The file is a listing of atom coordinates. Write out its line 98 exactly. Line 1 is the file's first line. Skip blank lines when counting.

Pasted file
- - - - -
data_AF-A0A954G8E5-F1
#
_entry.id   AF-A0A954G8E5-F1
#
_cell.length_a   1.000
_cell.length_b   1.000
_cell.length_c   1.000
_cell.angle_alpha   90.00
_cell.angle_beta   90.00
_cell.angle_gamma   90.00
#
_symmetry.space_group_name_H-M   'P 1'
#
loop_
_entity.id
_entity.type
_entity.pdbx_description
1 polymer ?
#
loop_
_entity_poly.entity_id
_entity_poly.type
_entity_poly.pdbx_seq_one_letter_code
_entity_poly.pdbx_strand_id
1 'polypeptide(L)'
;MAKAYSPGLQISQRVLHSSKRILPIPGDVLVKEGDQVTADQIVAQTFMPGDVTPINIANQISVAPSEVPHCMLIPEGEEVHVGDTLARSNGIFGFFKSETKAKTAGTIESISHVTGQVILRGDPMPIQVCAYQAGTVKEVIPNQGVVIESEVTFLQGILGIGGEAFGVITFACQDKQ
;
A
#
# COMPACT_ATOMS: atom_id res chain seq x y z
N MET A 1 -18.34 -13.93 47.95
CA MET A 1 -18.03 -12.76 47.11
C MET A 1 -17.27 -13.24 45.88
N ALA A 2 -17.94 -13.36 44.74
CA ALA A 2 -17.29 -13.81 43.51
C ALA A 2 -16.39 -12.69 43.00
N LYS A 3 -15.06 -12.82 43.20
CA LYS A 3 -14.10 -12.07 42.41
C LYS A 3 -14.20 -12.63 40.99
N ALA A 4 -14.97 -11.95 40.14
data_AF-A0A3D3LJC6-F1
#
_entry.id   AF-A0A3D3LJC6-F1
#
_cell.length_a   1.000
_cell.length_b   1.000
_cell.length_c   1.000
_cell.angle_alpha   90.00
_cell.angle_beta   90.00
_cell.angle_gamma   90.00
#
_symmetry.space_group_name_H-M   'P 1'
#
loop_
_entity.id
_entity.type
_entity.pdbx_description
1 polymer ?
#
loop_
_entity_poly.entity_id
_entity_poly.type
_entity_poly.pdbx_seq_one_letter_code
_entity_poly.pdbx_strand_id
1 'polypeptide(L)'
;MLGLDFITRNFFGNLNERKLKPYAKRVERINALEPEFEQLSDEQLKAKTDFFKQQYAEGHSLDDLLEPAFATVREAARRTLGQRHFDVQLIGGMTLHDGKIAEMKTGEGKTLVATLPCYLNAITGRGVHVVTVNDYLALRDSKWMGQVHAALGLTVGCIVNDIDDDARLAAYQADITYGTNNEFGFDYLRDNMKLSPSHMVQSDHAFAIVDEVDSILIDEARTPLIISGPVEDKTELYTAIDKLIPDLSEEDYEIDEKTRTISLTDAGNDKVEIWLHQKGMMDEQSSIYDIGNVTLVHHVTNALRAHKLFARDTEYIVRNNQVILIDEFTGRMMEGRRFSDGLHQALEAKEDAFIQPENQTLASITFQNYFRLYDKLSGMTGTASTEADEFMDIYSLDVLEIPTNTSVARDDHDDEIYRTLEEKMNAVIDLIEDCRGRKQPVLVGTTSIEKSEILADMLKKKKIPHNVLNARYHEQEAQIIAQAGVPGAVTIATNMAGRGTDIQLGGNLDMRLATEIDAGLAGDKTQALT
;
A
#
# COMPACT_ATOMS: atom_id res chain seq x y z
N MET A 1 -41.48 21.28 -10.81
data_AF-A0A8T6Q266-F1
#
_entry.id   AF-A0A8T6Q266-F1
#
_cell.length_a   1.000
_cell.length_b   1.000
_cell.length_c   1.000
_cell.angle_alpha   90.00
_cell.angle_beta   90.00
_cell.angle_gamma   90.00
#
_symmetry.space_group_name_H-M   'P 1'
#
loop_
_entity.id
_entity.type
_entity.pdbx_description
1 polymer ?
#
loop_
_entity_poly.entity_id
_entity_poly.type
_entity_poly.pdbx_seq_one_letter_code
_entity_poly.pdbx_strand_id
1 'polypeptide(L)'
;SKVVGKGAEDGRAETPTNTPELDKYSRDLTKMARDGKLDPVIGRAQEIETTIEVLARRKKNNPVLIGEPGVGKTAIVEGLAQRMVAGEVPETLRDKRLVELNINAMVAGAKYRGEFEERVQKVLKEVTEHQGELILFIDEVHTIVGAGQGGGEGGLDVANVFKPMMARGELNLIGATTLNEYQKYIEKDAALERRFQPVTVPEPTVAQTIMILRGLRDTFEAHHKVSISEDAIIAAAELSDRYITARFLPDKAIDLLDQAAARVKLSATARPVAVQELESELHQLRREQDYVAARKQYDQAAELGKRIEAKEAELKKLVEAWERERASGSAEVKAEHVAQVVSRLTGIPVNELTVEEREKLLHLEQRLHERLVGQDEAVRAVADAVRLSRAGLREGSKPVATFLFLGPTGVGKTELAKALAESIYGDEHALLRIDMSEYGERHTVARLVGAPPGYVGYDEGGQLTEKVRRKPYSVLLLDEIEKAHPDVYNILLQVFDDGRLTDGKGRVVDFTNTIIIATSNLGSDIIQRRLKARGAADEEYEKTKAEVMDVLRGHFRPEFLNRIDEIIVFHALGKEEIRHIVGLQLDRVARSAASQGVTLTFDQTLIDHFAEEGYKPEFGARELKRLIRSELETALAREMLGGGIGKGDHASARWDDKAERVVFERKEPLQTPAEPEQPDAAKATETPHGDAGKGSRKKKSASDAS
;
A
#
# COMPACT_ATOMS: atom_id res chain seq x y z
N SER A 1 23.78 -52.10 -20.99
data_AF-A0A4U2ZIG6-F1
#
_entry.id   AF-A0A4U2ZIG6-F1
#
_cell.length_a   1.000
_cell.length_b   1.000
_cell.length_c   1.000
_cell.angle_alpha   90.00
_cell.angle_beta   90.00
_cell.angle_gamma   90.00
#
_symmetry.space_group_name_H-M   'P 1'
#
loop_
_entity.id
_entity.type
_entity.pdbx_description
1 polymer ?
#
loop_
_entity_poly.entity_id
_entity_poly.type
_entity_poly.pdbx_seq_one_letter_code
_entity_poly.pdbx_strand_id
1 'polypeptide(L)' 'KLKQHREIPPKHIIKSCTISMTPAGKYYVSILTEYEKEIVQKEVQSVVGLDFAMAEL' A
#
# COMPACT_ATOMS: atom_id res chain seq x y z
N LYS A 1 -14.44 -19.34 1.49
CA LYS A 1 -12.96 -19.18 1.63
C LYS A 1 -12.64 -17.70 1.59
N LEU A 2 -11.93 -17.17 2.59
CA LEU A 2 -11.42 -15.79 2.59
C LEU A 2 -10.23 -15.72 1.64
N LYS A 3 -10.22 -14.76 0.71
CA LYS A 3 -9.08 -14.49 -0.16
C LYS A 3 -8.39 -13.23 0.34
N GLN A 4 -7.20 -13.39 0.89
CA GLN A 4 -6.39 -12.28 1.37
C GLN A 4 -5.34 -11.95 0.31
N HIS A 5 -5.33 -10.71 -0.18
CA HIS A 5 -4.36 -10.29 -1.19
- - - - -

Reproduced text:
;